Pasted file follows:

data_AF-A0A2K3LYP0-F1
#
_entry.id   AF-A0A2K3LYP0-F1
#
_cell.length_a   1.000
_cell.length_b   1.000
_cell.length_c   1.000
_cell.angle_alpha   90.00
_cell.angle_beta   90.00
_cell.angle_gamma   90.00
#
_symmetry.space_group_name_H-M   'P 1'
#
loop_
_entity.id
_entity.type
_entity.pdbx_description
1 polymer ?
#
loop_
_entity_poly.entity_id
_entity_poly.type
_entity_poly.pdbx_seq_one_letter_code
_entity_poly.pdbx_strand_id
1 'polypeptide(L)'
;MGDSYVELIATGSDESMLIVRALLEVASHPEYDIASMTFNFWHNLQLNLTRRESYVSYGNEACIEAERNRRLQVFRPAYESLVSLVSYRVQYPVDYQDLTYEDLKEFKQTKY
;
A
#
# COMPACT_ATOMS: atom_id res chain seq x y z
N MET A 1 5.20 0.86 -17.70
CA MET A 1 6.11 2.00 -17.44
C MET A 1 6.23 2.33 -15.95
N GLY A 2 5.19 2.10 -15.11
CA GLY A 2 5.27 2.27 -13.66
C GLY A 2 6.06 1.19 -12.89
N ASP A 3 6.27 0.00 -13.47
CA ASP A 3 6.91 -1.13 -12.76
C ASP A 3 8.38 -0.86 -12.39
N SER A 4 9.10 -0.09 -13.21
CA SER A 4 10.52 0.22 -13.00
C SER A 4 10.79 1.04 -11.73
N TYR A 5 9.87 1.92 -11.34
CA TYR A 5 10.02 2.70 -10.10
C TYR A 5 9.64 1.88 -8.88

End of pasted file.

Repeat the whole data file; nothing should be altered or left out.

data_AF-A0A2K3LYP0-F1
#
_entry.id   AF-A0A2K3LYP0-F1
#
_cell.length_a   1.000
_cell.length_b   1.000
_cell.length_c   1.000
_cell.angle_alpha   90.00
_cell.angle_beta   90.00
_cell.angle_gamma   90.00
#
_symmetry.space_group_name_H-M   'P 1'
#
loop_
_entity.id
_entity.type
_entity.pdbx_description
1 polymer ?
#
loop_
_entity_poly.entity_id
_entity_poly.type
_entity_poly.pdbx_seq_one_letter_code
_entity_poly.pdbx_strand_id
1 'polypeptide(L)'
;MGDSYVELIATGSDESMLIVRALLEVASHPEYDIASMTFNFWHNLQLNLTRRESYVSYGNEACIEAERNRRLQVFRPAYESLVSLVSYRVQYPVDYQDLTYEDLKEFKQTKY
;
A
#
# COMPACT_ATOMS: atom_id res chain seq x y z
N MET A 1 5.20 0.86 -17.70
CA MET A 1 6.11 2.00 -17.44
C MET A 1 6.23 2.33 -15.95
N GLY A 2 5.19 2.10 -15.11
CA GLY A 2 5.27 2.27 -13.66
C GLY A 2 6.06 1.19 -12.89
N ASP A 3 6.27 0.00 -13.47
CA ASP A 3 6.91 -1.13 -12.76
C ASP A 3 8.38 -0.86 -12.39
N SER A 4 9.10 -0.09 -13.21
CA SER A 4 10.52 0.22 -13.00
C SER A 4 10.79 1.04 -11.73
N TYR A 5 9.87 1.92 -11.34
CA TYR A 5 10.02 2.70 -10.10
C TYR A 5 9.64 1.88 -8.88